Constantine IV and Justinian II

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Mu'awiya on a Sassanian-style coin

Mu’awiya on a Sassanian-style coin

Constantine IV took over as Roman Emperor when his father Constans II died, in 668 AD. It wasn’t a great time to be emperor. The Abbasids were gradually taking over most of the eastern Roman Empire. Attempts to retake the western part all ended in failure. But Constantine IV was a strong and sensible emperor. In 679 AD he successfully defended Constantinople from its first Abbasid attack under the Caliph Mu’awiya. Constantine also tried to push back the Bulgars. He didn’t succeed, and they established Bulgaria. Bulgaria is still there today, but at least their settlement with Constantine IV meant a lasting peace.

But Constantine IV died at 33. He left his 16 year old son, Justinian, to succeed him. Justinian was smart and ambitious like his dad. But unfortunately, like his great-grandfather Heraclius, Justinian apparently suffered from mental illness. His paranoid persecutions led to a revolt in 695. The rebels cut Justinian’s nose off and slit his tongue before they banished him.

Justinian II on a gold coin from his second reign

Justinian II on a gold coin from his second reign

The rebels chose a new Roman emperor: a mercenary soldier named Leontius. Unfortunately he wasn’t very good at it. Mainly he lost Carthage to the Abbasids in 698. When that happened, his troops mutinied and replaced him with another soldier named Tiberius. Tiberius did better, but then Justinian escaped and returned from exile. He killed both Leontius and Tiberius. But Justinian was just as dangerous now as before, murdering and torturing people all the time. In 711 AD another group of rebels killed him, along with his 6-year-old son Tiberius. That ended the dynasty of Heraclius. Soon Anastasius II was the new emperor.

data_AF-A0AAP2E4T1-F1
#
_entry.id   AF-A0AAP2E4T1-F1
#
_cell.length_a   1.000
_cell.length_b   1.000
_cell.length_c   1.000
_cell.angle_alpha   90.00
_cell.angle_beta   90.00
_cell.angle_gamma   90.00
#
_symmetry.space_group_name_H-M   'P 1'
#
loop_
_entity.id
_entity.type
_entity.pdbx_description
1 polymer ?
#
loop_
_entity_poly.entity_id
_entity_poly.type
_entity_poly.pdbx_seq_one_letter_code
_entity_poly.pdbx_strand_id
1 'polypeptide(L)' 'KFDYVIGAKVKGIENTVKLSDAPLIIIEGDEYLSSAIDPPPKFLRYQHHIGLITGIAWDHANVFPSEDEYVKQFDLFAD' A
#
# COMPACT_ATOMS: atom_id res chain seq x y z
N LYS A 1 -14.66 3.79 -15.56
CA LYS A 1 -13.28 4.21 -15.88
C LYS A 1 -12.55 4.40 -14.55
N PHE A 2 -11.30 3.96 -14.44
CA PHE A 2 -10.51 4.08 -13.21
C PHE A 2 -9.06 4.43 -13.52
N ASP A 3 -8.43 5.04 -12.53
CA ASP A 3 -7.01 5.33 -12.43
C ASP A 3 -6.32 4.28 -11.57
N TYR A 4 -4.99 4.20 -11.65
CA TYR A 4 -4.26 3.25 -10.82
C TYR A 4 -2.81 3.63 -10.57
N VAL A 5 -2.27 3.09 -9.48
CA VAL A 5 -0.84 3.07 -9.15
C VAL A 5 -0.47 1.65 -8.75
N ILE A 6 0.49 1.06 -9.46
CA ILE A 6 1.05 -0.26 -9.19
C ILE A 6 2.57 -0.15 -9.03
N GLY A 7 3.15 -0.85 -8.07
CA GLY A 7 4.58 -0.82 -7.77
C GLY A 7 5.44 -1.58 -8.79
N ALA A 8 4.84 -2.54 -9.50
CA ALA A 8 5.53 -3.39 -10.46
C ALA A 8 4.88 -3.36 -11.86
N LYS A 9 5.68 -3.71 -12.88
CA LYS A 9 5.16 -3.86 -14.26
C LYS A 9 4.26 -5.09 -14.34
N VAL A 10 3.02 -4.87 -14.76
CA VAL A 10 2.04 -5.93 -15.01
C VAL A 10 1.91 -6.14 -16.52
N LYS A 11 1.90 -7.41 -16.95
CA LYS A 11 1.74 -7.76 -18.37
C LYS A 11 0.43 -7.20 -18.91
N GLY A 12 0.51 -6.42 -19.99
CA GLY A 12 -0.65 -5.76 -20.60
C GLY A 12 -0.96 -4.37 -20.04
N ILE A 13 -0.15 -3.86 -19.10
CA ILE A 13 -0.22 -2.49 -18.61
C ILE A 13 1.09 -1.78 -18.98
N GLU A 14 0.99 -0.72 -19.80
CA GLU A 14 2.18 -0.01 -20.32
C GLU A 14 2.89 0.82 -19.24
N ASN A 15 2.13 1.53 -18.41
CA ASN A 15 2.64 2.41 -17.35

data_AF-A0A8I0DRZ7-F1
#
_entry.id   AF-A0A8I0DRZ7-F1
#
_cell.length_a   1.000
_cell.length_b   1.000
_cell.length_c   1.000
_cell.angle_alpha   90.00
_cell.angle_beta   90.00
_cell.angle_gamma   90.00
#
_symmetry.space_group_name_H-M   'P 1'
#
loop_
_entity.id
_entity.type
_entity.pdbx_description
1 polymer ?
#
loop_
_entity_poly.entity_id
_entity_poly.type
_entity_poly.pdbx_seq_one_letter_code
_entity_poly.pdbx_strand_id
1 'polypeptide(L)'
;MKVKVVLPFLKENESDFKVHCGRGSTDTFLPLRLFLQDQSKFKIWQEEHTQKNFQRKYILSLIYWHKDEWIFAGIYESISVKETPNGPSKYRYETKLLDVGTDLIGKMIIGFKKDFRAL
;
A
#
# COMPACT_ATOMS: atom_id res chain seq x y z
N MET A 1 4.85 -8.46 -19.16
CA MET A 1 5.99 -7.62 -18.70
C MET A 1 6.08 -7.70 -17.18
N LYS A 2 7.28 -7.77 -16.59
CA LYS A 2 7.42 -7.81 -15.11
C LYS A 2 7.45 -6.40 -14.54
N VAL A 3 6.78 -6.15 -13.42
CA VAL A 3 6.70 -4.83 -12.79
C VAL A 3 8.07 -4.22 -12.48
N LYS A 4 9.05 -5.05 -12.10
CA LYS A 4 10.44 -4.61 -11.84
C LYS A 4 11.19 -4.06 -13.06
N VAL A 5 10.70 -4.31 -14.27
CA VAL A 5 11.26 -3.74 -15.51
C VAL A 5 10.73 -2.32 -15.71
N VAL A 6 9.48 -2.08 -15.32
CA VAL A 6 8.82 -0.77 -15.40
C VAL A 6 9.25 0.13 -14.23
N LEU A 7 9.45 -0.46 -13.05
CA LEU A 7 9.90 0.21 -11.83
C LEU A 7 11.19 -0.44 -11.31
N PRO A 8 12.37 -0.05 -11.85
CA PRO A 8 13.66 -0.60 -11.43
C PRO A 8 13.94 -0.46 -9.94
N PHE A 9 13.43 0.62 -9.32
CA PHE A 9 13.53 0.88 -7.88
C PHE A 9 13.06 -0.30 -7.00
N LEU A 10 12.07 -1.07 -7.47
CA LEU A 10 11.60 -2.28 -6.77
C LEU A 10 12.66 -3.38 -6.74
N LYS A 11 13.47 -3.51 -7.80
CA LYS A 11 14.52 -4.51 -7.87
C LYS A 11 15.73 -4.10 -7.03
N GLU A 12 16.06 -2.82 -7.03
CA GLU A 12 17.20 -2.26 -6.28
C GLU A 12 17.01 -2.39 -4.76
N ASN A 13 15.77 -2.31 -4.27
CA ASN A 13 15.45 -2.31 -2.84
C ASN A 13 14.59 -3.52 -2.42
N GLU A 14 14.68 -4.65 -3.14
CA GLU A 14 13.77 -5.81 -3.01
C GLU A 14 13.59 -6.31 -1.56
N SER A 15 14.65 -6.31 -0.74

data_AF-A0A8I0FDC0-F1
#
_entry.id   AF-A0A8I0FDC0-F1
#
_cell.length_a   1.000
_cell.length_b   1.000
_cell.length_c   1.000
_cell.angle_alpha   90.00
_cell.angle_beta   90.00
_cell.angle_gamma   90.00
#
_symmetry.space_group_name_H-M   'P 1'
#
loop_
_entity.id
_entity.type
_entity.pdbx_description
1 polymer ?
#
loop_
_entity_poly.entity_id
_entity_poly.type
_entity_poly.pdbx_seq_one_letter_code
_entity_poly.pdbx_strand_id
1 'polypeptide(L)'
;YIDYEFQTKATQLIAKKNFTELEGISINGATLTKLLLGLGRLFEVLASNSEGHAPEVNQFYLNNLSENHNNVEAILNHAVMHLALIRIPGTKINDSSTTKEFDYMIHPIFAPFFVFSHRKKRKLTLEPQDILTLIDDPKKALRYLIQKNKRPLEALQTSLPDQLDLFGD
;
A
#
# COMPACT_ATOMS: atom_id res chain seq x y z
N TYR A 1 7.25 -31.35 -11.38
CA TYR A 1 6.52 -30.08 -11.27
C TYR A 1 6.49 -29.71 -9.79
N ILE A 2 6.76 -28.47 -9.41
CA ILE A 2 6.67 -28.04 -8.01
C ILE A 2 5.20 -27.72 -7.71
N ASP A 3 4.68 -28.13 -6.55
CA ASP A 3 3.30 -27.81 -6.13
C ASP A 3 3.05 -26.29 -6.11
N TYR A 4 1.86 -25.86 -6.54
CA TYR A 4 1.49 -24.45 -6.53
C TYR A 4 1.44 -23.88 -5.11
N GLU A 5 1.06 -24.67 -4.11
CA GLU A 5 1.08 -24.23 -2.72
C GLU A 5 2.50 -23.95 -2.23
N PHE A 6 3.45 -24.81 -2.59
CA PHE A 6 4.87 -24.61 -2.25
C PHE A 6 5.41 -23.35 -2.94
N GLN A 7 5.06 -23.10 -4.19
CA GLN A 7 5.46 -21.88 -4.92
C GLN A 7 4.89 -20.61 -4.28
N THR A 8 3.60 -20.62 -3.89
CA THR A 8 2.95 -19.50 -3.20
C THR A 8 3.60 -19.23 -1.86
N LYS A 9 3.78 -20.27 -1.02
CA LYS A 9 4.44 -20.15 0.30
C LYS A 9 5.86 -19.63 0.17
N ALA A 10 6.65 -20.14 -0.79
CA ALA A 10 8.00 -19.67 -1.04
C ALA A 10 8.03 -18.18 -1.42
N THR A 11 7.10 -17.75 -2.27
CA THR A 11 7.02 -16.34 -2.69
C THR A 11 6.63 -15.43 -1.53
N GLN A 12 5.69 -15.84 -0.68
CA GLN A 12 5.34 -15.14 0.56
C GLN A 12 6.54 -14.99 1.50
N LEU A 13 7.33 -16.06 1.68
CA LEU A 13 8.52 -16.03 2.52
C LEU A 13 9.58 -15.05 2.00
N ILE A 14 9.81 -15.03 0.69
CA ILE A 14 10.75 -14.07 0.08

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By |2018-04-09T10:31:11+00:00August 2nd, 2017|History, Medieval|0 Comments
Cite this page: Carr, K.E. Constantine IV and Justinian II. Quatr.us Study Guides, August 2, 2017. Web. September 24, 2018.

About the Author:

Dr. Karen Carr is Associate Professor Emerita, Department of History, Portland State University. She holds a doctorate in Classical Art and Archaeology from the University of Michigan. Follow her on Instagram, Pinterest, or Facebook, or buy her book, Vandals to Visigoths.

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